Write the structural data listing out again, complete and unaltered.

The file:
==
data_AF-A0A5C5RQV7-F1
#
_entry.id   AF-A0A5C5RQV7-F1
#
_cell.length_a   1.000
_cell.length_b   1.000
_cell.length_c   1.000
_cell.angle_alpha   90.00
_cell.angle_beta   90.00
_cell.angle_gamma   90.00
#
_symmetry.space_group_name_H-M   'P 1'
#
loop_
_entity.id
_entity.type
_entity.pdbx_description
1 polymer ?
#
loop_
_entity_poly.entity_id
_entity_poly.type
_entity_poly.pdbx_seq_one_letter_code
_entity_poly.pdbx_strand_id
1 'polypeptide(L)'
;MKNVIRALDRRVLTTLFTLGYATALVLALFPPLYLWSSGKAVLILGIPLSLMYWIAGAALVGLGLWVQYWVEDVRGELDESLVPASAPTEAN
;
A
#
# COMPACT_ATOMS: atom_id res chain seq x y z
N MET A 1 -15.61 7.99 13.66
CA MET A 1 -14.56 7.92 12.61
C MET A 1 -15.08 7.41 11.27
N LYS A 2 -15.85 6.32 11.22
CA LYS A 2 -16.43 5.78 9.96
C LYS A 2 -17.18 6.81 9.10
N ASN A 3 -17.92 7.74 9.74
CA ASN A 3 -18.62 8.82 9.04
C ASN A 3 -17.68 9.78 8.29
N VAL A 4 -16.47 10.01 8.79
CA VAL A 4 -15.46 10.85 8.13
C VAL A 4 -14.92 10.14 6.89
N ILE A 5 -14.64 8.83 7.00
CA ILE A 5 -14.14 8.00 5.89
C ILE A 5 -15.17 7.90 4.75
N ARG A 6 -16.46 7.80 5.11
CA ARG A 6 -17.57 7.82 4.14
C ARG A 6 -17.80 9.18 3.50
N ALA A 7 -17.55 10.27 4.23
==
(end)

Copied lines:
data_AF-A0A5C5RQV7-F1
#
_entry.id   AF-A0A5C5RQV7-F1
#
_cell.length_a   1.000
_cell.length_b   1.000
_cell.length_c   1.000
_cell.angle_alpha   90.00
_cell.angle_beta   90.00
_cell.angle_gamma   90.00
#
_symmetry.space_group_name_H-M   'P 1'
#
loop_
_entity.id
_entity.type
_entity.pdbx_description
1 polymer ?
#
loop_
_entity_poly.entity_id
_entity_poly.type
_entity_poly.pdbx_seq_one_letter_code
_entity_poly.pdbx_strand_id
1 'polypeptide(L)'
;MKNVIRALDRRVLTTLFTLGYATALVLALFPPLYLWSSGKAVLILGIPLSLMYWIAGAALVGLGLWVQYWVEDVRGELDESLVPASAPTEAN
;
A
#
# COMPACT_ATOMS: atom_id res chain seq x y z
N MET A 1 -15.61 7.99 13.66
CA MET A 1 -14.56 7.92 12.61
C MET A 1 -15.08 7.41 11.27
N LYS A 2 -15.85 6.32 11.22
CA LYS A 2 -16.43 5.78 9.96
C LYS A 2 -17.18 6.81 9.10
N ASN A 3 -17.92 7.74 9.74
CA ASN A 3 -18.62 8.82 9.04
C ASN A 3 -17.68 9.78 8.29
N VAL A 4 -16.47 10.01 8.79
CA VAL A 4 -15.46 10.85 8.13
C VAL A 4 -14.92 10.14 6.89
N ILE A 5 -14.64 8.83 7.00
CA ILE A 5 -14.14 8.00 5.89
C ILE A 5 -15.17 7.90 4.75
N ARG A 6 -16.46 7.80 5.11
CA ARG A 6 -17.57 7.82 4.14
C ARG A 6 -17.80 9.18 3.50
N ALA A 7 -17.55 10.27 4.23